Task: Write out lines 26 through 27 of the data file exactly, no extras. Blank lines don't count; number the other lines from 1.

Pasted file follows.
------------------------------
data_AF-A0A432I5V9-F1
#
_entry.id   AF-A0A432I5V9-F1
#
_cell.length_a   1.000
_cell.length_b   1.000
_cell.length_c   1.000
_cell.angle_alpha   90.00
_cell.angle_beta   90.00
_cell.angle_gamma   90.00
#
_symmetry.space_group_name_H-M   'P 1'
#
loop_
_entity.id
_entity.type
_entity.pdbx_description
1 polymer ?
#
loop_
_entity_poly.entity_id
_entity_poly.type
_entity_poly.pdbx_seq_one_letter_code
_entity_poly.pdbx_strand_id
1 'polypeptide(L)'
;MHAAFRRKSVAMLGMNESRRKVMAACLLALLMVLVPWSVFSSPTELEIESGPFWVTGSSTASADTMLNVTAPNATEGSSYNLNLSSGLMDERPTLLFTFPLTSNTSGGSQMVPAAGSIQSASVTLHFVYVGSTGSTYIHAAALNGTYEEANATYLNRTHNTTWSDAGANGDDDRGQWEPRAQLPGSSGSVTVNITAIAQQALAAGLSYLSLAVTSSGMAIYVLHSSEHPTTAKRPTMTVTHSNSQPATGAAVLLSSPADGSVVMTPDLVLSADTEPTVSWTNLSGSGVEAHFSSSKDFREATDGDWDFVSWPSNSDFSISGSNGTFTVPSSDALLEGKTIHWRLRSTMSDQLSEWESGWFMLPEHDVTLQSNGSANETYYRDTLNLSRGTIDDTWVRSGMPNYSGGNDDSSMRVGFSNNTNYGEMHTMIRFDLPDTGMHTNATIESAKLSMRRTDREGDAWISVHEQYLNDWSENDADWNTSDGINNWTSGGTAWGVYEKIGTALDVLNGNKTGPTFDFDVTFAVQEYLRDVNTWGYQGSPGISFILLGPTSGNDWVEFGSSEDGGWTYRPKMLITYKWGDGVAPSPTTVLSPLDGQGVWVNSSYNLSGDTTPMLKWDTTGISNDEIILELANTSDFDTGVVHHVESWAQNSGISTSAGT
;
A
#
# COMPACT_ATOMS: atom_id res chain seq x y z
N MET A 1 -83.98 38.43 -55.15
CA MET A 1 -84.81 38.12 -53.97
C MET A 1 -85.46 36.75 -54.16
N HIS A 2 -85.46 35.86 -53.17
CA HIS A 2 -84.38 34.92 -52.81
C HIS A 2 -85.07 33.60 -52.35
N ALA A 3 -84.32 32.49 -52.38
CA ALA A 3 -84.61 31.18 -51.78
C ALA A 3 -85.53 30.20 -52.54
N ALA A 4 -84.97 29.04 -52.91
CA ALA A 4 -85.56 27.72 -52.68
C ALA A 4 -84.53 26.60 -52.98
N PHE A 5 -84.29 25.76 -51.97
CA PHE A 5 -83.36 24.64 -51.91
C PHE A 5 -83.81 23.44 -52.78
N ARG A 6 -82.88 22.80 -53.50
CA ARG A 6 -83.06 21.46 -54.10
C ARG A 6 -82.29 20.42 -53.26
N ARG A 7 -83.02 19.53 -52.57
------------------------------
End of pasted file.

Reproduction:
;MHAAFRRKSVAMLGMNESRRKVMAACLLALLMVLVPWSVFSSPTELEIESGPFWVTGSSTASADTMLNVTAPNATEGSSYNLNLSSGLMDERPTLLFTFPLTSNTSGGSQMVPAAGSIQSASVTLHFVYVGSTGSTYIHAAALNGTYEEANATYLNRTHNTTWSDAGANGDDDRGQWEPRAQLPGSSGSVTVNITAIAQQALAAGLSYLSLAVTSSGMAIYVLHSSEHPTTAKRPTMTVTHSNSQPATGAAVLLSSPADGSVVMTPDLVLSADTEPTVSWTNLSGSGVEAHFSSSKDFREATDGDWDFVSWPSNSDFSISGSNGTFTVPSSDALLEGKTIHWRLRSTMSDQLSEWESGWFMLPEHDVTLQSNGSANETYYRDTLNLSRGTIDDTWVRSGMPNYSGGNDDSSMRVGFSNNTNYGEMHTMIRFDLPDTGMHTNATIESAKLSMRRTDREGDAWISVHEQYLNDWSENDADWNTSDGINNWTSGGTAWGVYEKIGTALDVLNGNKTGPTFDFDVTFAVQEYLRDVNTWGYQGSPGISFILLGPTSGNDWVEFGSSEDGGWTYRPKMLITYKWGDGVAPSPTTVLSPLDGQGVWVNSSYNLSGDTTPMLKWDTTGISNDEIILELANTSDFDTGVVHHVESWAQNSGISTSAGT
;